I agree with @RaananW that these aren’t items that Babylon should try to solve, but if the standards for avatar identity are written in such a way to be compatible with multiple rendering engines, then Babylon will be able to work with them.

While aframe does have networked aframe, we started there and ended up here, for various reasons.

Easy boilerplate is good for lots of stuff but as your project matures you may find that your needs evolve well beyond its constraints. This is typical with any helper library, though, and networked aframe is still a great choice for tons of projects.

I have chatted with @PirateJC a bit about abstracting some of the fundamental frame multiuser capabilities into an api of sorts, but all early conversations right now.


OK, I get you; yes, it should be abstracted up a level; however, in case that doesn’t happen, maybe babylonjs could support it? For now, I will be using the VRSpace avatar stuff. But, as a metaverse builder, not even having a link to that kind of library in the documentation is kind of… not super encouraging. I guess in these critiques of what we have going on, I’m specifically thinking as a metaverse builder (rather than a gamer, per say) (but if I want to build a multiplayer VR game, all this still applies).

I think I would half agree with you re: this being the fault of the webxr comittee; however, again, I would say that if we, here as a community, build a product that is irresistibly attractive to a certain kind of dev (or group of devs) it doesn’t matter that the starting place is in another library. In assembling all of these babylonjsVR examples with a particular artistic aesthetic, I hope to win some people over (if only a few).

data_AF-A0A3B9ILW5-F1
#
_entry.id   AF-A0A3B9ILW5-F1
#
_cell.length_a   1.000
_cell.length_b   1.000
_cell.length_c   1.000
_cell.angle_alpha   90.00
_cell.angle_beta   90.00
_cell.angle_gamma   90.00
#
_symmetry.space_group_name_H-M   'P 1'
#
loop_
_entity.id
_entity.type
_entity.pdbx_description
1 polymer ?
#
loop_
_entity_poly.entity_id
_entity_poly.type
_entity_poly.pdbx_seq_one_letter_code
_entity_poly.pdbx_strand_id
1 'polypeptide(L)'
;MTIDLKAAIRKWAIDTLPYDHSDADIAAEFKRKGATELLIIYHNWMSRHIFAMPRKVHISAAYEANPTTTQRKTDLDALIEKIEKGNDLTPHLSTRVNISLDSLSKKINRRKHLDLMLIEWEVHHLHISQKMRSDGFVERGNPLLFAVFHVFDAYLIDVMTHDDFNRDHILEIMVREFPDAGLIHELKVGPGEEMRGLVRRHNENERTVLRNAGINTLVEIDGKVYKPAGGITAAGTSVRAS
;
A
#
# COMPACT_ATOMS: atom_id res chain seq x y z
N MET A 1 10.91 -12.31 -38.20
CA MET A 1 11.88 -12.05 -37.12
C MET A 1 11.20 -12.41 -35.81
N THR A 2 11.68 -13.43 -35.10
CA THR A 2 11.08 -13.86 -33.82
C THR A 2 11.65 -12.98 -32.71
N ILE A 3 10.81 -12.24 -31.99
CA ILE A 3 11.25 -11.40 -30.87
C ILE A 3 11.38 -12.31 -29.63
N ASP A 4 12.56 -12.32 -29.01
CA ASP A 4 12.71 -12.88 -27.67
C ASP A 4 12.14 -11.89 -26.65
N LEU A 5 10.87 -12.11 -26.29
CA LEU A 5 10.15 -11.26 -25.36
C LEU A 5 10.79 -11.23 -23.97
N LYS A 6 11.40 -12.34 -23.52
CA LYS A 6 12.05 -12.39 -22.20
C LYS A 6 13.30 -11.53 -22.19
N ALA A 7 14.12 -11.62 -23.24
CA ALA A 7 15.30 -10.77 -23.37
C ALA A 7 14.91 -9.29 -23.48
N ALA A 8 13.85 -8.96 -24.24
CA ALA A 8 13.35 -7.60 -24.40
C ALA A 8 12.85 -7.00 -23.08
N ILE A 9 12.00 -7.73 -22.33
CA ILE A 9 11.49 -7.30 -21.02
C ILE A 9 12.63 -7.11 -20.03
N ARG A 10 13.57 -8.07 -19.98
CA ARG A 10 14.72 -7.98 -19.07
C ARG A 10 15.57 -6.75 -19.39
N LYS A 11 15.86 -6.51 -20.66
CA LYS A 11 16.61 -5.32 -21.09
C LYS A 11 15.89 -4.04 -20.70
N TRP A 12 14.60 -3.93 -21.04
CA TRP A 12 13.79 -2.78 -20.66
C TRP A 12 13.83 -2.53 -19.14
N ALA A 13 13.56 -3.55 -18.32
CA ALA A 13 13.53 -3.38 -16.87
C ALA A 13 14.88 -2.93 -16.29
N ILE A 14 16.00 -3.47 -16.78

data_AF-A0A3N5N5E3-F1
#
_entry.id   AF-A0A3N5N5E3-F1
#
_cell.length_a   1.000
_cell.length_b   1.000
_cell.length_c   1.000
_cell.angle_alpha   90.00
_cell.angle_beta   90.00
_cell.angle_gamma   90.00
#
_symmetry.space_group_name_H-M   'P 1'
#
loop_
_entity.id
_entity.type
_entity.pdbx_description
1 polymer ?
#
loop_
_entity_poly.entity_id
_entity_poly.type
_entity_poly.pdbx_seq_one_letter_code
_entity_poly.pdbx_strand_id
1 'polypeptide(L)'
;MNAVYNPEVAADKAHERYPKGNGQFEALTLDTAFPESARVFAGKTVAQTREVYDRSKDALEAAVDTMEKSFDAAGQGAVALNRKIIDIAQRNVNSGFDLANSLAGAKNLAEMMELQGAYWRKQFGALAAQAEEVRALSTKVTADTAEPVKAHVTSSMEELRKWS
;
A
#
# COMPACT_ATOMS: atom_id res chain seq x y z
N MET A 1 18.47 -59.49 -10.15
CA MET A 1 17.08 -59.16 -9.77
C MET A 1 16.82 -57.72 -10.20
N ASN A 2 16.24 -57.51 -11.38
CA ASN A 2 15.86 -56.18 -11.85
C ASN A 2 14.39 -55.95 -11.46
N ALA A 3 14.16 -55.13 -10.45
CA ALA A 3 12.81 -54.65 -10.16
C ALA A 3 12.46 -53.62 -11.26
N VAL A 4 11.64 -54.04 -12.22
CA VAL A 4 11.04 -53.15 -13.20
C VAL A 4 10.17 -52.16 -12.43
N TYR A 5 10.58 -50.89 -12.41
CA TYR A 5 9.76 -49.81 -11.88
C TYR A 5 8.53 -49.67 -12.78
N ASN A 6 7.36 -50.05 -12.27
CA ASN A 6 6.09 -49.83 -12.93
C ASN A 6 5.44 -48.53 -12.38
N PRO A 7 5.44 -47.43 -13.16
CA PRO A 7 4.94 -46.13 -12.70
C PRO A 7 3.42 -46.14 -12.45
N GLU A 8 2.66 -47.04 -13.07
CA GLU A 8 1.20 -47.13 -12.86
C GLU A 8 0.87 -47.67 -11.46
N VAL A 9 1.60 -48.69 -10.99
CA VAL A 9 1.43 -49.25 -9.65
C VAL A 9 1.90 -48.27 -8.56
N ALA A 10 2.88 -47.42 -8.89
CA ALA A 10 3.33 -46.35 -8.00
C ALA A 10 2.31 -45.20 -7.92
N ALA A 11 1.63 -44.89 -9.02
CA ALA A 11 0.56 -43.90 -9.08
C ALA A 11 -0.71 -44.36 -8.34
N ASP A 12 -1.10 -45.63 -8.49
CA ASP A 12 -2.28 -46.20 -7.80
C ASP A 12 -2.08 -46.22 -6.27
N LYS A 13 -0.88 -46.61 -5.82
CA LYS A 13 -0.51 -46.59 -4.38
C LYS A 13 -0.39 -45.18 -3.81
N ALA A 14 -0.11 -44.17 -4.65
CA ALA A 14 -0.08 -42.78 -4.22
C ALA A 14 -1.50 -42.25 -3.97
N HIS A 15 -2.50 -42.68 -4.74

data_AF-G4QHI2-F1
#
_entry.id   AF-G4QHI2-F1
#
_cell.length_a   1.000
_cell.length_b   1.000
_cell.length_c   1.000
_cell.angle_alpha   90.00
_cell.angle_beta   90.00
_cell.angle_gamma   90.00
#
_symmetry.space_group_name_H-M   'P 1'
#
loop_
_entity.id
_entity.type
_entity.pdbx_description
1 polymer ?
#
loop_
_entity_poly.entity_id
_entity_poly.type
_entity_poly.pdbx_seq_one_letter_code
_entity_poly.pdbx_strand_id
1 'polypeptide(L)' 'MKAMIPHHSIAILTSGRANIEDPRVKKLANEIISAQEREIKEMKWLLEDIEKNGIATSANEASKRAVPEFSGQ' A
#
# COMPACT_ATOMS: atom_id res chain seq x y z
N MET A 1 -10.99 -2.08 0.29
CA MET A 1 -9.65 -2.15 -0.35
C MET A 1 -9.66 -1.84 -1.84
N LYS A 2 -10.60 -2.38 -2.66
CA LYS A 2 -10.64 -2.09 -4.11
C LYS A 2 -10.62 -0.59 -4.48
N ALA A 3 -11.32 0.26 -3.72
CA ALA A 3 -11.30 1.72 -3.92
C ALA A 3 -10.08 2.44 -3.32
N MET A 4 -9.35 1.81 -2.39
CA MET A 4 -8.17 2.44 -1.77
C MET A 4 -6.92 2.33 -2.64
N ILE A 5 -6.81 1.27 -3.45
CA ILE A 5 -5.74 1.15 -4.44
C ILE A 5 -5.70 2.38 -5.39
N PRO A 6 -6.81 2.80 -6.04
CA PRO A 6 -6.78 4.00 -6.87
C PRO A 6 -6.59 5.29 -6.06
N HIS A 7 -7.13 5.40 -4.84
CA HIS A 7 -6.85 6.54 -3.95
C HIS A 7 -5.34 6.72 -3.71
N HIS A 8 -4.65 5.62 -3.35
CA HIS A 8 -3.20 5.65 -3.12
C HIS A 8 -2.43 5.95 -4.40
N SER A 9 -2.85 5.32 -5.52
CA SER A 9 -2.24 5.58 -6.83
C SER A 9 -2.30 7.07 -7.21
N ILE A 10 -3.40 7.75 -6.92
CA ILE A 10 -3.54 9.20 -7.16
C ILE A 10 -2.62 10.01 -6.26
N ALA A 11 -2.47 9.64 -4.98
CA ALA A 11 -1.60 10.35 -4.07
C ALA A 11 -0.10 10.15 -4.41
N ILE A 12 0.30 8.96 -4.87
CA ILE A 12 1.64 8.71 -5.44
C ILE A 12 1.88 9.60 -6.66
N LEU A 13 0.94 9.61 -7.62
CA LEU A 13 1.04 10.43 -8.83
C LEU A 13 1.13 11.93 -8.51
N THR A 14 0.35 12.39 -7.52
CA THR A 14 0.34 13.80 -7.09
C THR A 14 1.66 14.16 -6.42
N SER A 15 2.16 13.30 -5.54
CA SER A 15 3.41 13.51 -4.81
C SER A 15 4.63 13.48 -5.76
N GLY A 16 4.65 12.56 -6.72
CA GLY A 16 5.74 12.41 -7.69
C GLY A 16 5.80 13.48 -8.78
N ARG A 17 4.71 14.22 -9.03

Gosh, abstracting some of the Frame multiplayer stuff into a networked aframe style library for babylonjs could be very helpful. Again, I’ve been making a lot of front end-y babylonJSVR examples that are easily remixable on glitch, but I’m getting more and more interested in making a set of tiered back end examples (for beginners). I need them for my game anyway; so, I’m going to try to give them people to easily remix. (1.) just player positions, (2.) the actual server code owning objects, (3.) offline persistence is the plan.


That’s a hard question. We will support any industry and/or web standard. As babylon is always backwards compatible, if we introduce something to core, it will forever stay there. If the “standard” we define (avatar standard in that case) will not be accepted by anyone else other than us, it will be unusable. We don’t usually do these kind of things, especially not as part of the core library.
We are always happy to see extensions built on top of babylon.js, and this is a great example of such an extension. An avatar system with simple integration? yes please! just submit the PR in the extensions library :slight_smile:

EDIT - I removed a few sentences here, as what I wrote is no longer 100% the case. the WebXR examples are written in native gl and native WebXR.


I do not think something like this is really appropriate in extensions. I left there partly because I had 2 different ‘projects’, and that is difficult to manage with one repo.

The main reason to go with a dedicated repo here is, if an avatar frame work were to be written or forked from an existing system, you would surely get better management & visibility.

One way to be successful is to define an abstract client interface standard right at the start, so anyone could add a directory inside a clients directory with their framework’s implementation.

I agree - a dedicated repo would be the better option.